Doomsday war games: Pentagon's 3 nightmare scenarios

Pentagon planners have plenty to deal with these days – Iran in search of nuclear-weapons technology, suicide bombings in Afghanistan, and the final pullout of US troops in Iraq potentially leaving behind a security vacuum in the Middle East. But in war games in Washington this week, US Army officials and their advisers debated three nightmare scenarios in particular. Here are the doomsday visions that Pentagon planners have been poring over:

1. Collapse of Pakistan

Anjum Naveed/AP
Members of the Azad Welfare Society burn a replica US flag Sunday during a rally to condemn NATO air strikes on Pakistani troops.

Following the assassination of the Pakistani president in a scenario that begins in 2013, Pakistan begins to descend into chaos. It is a time of great uncertainty, in which Pakistan’s “Islamist Army faction and its militant Muslim allies” decide to act.

Their plan, according to the war game: “to exploit that country’s growing civil disorder to seize power and create a radical Islamist state.” Compounding this chaos is the confusion over who will gain control of Pakistan’s nuclear weapons arsenal, estimated to number 80 to 120. These weapons are believed to be located at a half-dozen or so sites around the country.

At least one site is occupied by Islamist units. “Both US and other national intelligence services have concluded that sympathetic elements of the ISI [Pakistan's spy agency] have provided Islamist officers leading the breakaway army units with the activation codes needed to arm the nuclear weapons under their control,” notes the scenario, which is drawn from "7 Deadly Scenarios: A Military Futurist Explores War in the 21st Century" by Andrew Krepinevich, a former staffer in the Office of Net Assessments, the Pentagon’s futuristic and highly influential internal think tank.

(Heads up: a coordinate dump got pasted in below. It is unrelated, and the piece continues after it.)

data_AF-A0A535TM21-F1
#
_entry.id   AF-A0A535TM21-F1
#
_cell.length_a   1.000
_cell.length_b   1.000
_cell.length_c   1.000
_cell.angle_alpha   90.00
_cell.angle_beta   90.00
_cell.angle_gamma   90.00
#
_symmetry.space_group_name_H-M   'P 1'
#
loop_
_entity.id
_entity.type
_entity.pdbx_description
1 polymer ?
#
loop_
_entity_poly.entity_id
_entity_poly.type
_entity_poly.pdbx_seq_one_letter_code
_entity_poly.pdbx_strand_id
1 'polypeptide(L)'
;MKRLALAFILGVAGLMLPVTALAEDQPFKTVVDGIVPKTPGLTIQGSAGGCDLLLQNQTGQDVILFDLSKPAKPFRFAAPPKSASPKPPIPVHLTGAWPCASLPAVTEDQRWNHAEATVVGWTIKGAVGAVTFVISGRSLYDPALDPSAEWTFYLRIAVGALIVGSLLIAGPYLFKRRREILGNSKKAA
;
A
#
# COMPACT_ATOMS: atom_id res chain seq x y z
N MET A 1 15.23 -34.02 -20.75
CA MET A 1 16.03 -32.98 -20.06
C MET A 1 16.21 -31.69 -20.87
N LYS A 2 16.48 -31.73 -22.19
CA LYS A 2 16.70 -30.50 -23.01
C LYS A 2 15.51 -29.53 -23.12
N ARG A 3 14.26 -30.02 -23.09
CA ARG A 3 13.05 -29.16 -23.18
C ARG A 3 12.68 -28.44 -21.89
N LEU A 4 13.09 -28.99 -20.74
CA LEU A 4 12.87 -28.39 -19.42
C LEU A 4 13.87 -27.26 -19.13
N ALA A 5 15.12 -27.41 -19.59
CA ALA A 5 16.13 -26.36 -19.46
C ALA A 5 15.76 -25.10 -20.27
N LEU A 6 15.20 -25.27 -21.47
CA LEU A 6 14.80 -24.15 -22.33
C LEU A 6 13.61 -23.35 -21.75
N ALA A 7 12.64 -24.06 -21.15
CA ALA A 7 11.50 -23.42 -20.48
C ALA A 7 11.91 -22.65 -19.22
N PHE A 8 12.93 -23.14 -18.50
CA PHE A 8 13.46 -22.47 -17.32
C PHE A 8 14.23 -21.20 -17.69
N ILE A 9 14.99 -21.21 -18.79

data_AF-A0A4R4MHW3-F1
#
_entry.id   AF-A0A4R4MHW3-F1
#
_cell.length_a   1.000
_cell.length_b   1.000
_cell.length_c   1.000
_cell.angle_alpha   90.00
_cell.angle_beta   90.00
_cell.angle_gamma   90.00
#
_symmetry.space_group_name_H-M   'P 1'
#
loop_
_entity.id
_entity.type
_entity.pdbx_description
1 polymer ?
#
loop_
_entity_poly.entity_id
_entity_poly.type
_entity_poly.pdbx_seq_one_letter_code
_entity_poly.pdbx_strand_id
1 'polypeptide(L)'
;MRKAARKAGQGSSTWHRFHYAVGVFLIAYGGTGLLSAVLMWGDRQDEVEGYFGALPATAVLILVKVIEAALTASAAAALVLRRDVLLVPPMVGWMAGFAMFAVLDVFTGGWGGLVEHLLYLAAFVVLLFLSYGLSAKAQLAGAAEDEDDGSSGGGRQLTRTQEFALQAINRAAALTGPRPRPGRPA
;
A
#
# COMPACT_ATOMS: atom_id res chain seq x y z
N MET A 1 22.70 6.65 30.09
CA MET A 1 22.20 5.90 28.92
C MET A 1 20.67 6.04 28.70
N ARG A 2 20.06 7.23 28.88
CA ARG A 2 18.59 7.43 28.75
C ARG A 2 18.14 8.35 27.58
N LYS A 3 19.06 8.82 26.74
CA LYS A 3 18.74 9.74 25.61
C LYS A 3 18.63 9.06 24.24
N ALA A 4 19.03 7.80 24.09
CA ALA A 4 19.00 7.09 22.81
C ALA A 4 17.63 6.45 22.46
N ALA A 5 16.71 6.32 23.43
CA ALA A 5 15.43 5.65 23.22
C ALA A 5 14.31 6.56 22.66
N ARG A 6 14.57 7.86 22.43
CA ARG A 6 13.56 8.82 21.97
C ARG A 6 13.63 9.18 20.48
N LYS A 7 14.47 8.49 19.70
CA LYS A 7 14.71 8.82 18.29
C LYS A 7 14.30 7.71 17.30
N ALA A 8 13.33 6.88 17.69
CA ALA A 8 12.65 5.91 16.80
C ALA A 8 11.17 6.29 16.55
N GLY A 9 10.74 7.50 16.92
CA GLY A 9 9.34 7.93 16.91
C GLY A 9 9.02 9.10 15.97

If this were to happen, “there may be little to prevent these weapons from being used.”

The principal targets of such weapons would be United States, and US citizens draw little comfort, the scenario adds, from the efforts of US government officials to emphasize the difficulties involved in transporting nuclear weapons halfway around the world, which would be necessary, they add, in order to target an American city.

US forces have considered a preemptive strike on the area where the weapons are thought to be located, but Islamist forces have warned of the “horrific consequences” that would result if any foreign power attempted to do this. While the crisis in Pakistan “comes as a shock to most Americans,” the scenario notes, “to many observers, including senior government officials, it is hardly a surprise at all. To them, the greatest surprise is that Pakistan did not implode sooner.” 

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